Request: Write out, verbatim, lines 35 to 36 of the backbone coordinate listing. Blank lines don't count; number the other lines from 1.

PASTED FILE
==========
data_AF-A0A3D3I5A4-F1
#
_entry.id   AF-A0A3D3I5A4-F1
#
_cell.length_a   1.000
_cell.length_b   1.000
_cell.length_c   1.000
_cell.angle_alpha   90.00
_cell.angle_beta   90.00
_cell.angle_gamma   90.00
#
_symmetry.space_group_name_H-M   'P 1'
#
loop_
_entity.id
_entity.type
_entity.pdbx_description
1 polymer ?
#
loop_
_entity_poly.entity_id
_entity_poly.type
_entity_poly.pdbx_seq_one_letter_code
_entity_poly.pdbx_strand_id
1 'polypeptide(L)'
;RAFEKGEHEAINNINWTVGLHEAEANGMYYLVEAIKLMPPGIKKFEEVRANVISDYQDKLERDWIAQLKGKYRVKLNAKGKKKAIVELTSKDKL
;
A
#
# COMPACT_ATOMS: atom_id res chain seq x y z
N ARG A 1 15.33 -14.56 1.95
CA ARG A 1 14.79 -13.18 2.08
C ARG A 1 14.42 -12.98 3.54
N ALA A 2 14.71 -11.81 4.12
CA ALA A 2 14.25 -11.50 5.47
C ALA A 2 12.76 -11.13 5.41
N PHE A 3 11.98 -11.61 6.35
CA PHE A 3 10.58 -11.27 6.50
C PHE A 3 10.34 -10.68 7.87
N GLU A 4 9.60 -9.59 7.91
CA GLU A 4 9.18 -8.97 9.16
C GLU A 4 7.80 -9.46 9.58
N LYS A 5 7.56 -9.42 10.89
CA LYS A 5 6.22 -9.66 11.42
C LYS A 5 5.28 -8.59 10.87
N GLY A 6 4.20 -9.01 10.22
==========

CA ALA A 2 14.25 -11.50 5.47
C ALA A 2 12.76 -11.13 5.41